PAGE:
General Election reviews were carried out by the Organisation Department following each General Election and reviewed every aspect of the Party’s campaign and organisation. This catalogue contains these reviews from 1950 to 1970, providing thorough analyses of campaigns and the organisational efficiency of the Party – potentially a very useful resource for historians interested in these Elections. This example from 1966 highlights the types of factors assessed in these reviews, from morale of workers to the following of election law.

Summary of General Election Reports, 1966 – CPA CCO 500/24/213

Correspondence, 1937-1967

A particular highlight of the new additions to this catalogue is the correspondence of various politicians between 1937 and 1967. These include letters on an assortment of topics, from Conservative Party policy and prospective Conservative candidates for Parliament, to Sir Alec Douglas-Home’s public image and The Convention on the Political Rights of Women. Also included are a handful of letters written by Sir Winston Churchill, mostly during his years as Leader of the Opposition from 1945-1951 and written to Lord Woolton, Chairman of the Conservative Party. The example below illustrates Churchill’s irritation at the lack of canvassing in the lead-up to the 1951 West Houghton by-election, which the Labour candidate won by over 60%, giving an insight into Churchill’s involvement and interest in these elections and his opposition to the ‘essence of defeatism’ described in his letter. Another letter written by Churchill, also within this file, shows his consideration of a proposal in 1946 to create ‘The Union Party’, comprising Unionists from across the political parties, as a ‘united Party against Socialism’, providing another insight into his thoughts and plans during this time.

Letter from Sir Winston Churchill to Lord Woolton concerning the West Houghton by-election and Gallup Poll results, June 1961 – CPA CCO 500/65/1/4

Political Parties (Monitoring), 1947-1983

A final area of the catalogue which has been widely expanded is the monitoring of other political parties, including the Labour Party, Liberal Party, SDP, and Communist and Far-Left Parties. These files largely consist of reports on the activities of these parties, copies of their leaflets and other campaigning materials, and newspaper articles concerning their actions and policies. This example of a report on SDP activities from the 1980s demonstrates the type of work carried out by the Organisation Department to monitor their opponents, including information on key figures within the SDP, rallies and major public meetings organised by the Party, and a list of defectors from the Conservative Party to the SDP.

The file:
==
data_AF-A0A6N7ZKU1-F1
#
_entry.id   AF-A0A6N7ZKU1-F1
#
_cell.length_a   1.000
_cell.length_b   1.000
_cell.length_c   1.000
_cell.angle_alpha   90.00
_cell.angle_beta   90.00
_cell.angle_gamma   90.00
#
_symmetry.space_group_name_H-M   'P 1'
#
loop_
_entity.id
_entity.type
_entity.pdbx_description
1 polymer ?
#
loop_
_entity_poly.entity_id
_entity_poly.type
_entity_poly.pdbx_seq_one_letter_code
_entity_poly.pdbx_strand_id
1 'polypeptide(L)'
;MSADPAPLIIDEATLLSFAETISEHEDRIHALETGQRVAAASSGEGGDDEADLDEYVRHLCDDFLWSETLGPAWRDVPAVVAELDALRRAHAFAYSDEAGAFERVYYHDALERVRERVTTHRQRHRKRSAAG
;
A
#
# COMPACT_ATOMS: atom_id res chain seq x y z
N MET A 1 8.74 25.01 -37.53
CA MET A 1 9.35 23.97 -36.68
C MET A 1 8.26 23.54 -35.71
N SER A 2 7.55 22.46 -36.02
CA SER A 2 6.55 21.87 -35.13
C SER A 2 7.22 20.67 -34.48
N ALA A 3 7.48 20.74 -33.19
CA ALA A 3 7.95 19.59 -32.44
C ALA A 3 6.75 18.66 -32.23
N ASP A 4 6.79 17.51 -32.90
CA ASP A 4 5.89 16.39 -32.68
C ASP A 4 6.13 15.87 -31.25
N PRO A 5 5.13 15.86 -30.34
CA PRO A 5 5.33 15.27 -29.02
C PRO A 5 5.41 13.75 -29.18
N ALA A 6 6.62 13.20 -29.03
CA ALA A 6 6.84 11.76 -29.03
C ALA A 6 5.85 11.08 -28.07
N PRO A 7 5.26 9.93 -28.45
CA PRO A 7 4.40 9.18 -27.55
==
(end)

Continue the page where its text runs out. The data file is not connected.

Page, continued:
Report on SDP activities since approximately 1st July 1981 – CPA CCO 500/25/12/1

All the material featured in this blog post is now available, see Collection: Conservative Party Archive: Conservative Central Office – Organisation Department | Bodleian Archives & Manuscripts (ox.ac.uk) for the fully-searchable list of items within this catalogue.

Jenny Joseph poetry notebooks digitised

Digitised copy of 'Warning', from Jenny Joseph's poetry notebooks [MS. 12404/41]

Digitised copy of ‘Warning’, from Jenny Joseph’s poetry notebooks [MS. 12404/41]

Five of Jenny Joseph’s poetry notebooks [MS. 12404/41have been digitised and you can now see every page on Digital.Bodleian.

The notebooks are a rich distillation of 60 years of Jenny Joseph’s writing career, starting in 1949, just before she came to the University of Oxford to study English. The third notebook (page 3) includes a draft of her most well-known poem, ‘Warning‘ – When I am an old woman I shall wear purple / With a red hat that doesn’t go, and doesn’t suit me – two famous first lines which you can see corrected in this draft.

She wrote the poem in 1961 and first published it in the newsletter of the old people’s home her husband was working in at the time, and then in the magazine The Listener in 1962. She revised it further for her 1974 Cholmondeley Award winning poetry collection Rose in the Afternoon. The poem was a slow burner which surged in popularity in the 1980s, particularly in America, and it was widely anthologised and re-used for everything from tea-towels to cancer campaign adverts. The poem took on a life of its own, even losing its author at times – the Jenny Joseph archive includes a poster that attributes the lines to a mythical ‘Anonymous’. In 1996 ‘Warning’ was voted Britain’s favourite post-war poem and it even inspired new social groups like the Red Hat Society, a club for women over 50. You can find recordings of Jenny Joseph reading ‘Warning’ on YouTube, and readings of four other poems at the Poetry Archive.

 

A pottle of strawberries (on this day in 1842)

Two evocative lists from the Clarendon archive show the impressive range of foods that a Victorian country estate was capable of producing.